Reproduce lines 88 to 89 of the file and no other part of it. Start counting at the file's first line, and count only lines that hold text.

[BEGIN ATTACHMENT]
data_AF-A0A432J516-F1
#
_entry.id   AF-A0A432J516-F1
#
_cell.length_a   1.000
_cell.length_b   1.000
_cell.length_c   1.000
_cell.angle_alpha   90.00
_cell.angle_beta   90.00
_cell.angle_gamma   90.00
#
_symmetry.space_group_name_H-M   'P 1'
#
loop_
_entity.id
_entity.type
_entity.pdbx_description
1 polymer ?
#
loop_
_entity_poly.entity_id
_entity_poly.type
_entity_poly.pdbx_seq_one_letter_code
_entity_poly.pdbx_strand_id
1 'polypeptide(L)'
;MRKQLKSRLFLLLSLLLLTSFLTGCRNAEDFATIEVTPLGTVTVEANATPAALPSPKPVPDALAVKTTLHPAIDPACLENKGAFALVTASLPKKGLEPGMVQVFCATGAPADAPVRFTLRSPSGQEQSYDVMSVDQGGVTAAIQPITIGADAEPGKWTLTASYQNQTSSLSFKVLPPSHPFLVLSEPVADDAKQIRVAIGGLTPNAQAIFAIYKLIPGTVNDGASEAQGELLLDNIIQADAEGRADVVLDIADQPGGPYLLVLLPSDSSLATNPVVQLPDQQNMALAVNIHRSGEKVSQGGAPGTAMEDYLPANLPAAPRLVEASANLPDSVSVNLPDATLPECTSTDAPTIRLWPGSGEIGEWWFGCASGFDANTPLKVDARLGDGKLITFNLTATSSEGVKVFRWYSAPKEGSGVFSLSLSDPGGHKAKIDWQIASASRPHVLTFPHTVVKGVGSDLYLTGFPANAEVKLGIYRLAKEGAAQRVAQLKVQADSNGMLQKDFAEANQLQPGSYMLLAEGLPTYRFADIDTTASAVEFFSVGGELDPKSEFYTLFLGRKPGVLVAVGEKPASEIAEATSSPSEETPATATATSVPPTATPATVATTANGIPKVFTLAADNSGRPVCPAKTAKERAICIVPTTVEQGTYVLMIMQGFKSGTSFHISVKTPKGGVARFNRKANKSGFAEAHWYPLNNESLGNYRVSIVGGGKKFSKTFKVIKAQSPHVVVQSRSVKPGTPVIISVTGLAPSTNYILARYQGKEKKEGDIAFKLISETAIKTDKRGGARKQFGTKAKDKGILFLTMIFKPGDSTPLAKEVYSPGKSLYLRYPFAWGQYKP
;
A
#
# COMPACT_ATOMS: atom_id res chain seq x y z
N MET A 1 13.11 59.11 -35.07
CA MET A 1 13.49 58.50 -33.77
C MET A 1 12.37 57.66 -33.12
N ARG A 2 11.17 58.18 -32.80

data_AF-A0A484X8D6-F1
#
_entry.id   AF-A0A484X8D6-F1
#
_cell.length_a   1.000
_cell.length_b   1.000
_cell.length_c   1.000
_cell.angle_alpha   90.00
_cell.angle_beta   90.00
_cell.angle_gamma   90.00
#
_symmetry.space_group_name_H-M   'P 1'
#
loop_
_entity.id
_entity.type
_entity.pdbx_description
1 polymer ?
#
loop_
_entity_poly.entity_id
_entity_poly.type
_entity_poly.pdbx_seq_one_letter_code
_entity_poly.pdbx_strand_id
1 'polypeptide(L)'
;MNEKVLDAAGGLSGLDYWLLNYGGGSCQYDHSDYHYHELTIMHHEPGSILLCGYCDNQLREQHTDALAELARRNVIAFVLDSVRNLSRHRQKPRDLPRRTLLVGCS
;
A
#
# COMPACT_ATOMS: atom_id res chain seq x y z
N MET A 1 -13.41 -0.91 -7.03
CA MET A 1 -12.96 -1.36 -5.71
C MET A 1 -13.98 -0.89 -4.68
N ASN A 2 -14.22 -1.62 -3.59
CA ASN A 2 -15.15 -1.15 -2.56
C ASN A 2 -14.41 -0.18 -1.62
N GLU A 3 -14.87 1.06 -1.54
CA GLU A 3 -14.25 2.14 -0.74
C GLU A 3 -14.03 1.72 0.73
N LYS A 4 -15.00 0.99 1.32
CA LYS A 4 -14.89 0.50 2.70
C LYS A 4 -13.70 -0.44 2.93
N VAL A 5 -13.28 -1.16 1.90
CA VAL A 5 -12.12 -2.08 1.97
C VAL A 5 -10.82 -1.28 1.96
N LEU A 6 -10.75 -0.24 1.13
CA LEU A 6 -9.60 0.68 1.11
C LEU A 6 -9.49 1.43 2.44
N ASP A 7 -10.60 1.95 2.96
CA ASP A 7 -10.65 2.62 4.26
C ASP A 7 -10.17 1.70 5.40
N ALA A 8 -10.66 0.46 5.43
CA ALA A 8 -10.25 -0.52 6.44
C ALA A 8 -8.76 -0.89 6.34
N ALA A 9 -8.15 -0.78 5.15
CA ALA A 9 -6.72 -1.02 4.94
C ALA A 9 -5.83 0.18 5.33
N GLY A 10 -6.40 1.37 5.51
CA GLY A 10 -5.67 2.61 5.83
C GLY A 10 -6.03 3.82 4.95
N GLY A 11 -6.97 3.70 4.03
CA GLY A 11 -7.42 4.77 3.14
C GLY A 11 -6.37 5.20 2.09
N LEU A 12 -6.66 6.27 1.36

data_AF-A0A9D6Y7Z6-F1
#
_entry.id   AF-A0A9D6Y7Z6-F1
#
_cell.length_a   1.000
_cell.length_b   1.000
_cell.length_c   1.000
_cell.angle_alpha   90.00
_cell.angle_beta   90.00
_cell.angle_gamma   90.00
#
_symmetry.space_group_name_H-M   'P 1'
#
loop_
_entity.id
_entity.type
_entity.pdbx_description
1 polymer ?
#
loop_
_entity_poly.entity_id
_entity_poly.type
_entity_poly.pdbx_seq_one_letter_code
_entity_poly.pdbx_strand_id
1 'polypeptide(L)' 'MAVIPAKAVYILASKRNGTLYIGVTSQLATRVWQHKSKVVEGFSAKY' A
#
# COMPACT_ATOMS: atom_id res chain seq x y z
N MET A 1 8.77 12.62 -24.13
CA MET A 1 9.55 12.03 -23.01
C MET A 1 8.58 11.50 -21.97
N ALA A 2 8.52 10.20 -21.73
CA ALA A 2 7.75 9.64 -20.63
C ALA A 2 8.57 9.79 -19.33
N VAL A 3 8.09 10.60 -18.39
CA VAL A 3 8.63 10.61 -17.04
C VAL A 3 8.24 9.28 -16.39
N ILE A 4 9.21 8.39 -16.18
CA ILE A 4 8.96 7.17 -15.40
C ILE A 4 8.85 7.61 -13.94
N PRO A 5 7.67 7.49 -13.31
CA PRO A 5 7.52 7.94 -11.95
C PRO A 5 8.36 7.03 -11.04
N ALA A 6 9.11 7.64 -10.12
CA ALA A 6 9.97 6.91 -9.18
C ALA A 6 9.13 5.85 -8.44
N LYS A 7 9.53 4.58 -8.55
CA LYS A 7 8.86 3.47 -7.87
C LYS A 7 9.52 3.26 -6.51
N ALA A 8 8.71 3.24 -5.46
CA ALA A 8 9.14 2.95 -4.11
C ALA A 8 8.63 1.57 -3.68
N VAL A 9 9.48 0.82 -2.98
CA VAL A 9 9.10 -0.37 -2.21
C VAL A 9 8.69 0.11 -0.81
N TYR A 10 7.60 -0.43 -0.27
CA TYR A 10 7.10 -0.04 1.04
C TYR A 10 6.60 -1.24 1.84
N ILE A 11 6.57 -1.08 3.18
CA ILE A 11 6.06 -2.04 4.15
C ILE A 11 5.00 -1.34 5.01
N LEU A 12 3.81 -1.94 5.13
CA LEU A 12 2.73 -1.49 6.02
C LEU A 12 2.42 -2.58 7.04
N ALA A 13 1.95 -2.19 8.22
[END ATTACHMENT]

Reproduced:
C ALA A 8 -8.76 -0.89 6.34
N ALA A 9 -8.15 -0.78 5.15